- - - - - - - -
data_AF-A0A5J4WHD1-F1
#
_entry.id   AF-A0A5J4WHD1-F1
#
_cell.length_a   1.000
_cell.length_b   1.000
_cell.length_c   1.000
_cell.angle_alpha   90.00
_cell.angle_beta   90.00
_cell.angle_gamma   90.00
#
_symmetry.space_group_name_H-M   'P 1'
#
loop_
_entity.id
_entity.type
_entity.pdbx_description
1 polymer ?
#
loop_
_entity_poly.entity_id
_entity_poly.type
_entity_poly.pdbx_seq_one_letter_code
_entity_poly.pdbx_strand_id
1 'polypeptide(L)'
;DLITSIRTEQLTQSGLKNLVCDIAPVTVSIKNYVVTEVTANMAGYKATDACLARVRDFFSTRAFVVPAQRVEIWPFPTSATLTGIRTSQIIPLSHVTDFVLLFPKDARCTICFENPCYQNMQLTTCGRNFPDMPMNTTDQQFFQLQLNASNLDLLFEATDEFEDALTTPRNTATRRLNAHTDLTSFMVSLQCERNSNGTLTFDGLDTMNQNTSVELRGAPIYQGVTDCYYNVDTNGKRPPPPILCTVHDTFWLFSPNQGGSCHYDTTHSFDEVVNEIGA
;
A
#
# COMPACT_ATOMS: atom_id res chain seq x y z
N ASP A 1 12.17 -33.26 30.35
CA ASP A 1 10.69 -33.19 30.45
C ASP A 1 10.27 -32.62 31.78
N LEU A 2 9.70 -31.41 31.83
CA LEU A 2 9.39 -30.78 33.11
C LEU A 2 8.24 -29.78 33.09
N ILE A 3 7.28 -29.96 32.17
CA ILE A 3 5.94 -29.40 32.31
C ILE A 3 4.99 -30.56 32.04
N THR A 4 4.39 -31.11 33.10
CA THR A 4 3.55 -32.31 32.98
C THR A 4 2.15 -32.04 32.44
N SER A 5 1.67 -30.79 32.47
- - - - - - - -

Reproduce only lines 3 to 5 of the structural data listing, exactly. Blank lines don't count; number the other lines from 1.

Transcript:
_entry.id   AF-A0A5J4WHD1-F1
#
_cell.length_a   1.000